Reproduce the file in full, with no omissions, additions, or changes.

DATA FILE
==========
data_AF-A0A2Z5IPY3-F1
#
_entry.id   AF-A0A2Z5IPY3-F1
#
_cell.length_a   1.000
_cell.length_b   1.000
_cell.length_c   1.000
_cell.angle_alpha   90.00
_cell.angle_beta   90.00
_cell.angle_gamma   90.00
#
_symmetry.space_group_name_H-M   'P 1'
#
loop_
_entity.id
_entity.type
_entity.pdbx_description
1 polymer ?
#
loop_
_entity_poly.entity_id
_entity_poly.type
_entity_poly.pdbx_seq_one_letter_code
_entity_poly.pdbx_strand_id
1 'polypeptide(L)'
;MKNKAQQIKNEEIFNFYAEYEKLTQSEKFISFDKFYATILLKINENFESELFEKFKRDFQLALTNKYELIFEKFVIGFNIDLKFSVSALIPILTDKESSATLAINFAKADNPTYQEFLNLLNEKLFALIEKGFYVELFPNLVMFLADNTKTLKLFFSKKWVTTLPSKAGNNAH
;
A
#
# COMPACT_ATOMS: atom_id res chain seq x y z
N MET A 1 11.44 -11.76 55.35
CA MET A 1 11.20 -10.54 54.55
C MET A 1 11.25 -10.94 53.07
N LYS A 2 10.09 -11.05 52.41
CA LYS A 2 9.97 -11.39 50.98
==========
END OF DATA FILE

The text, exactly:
data_AF-A0A2Z5IPY3-F1
#
_entry.id   AF-A0A2Z5IPY3-F1
#
_cell.length_a   1.000
_cell.length_b   1.000
_cell.length_c   1.000
_cell.angle_alpha   90.00
_cell.angle_beta   90.00
_cell.angle_gamma   90.00
#
_symmetry.space_group_name_H-M   'P 1'
#
loop_
_entity.id
_entity.type
_entity.pdbx_description
1 polymer ?
#
loop_
_entity_poly.entity_id
_entity_poly.type
_entity_poly.pdbx_seq_one_letter_code
_entity_poly.pdbx_strand_id
1 'polypeptide(L)'
;MKNKAQQIKNEEIFNFYAEYEKLTQSEKFISFDKFYATILLKINENFESELFEKFKRDFQLALTNKYELIFEKFVIGFNIDLKFSVSALIPILTDKESSATLAINFAKADNPTYQEFLNLLNEKLFALIEKGFYVELFPNLVMFLADNTKTLKLFFSKKWVTTLPSKAGNNAH
;
A
#
# COMPACT_ATOMS: atom_id res chain seq x y z
N MET A 1 11.44 -11.76 55.35
CA MET A 1 11.20 -10.54 54.55
C MET A 1 11.25 -10.94 53.07
N LYS A 2 10.09 -11.05 52.41
CA LYS A 2 9.97 -11.39 50.98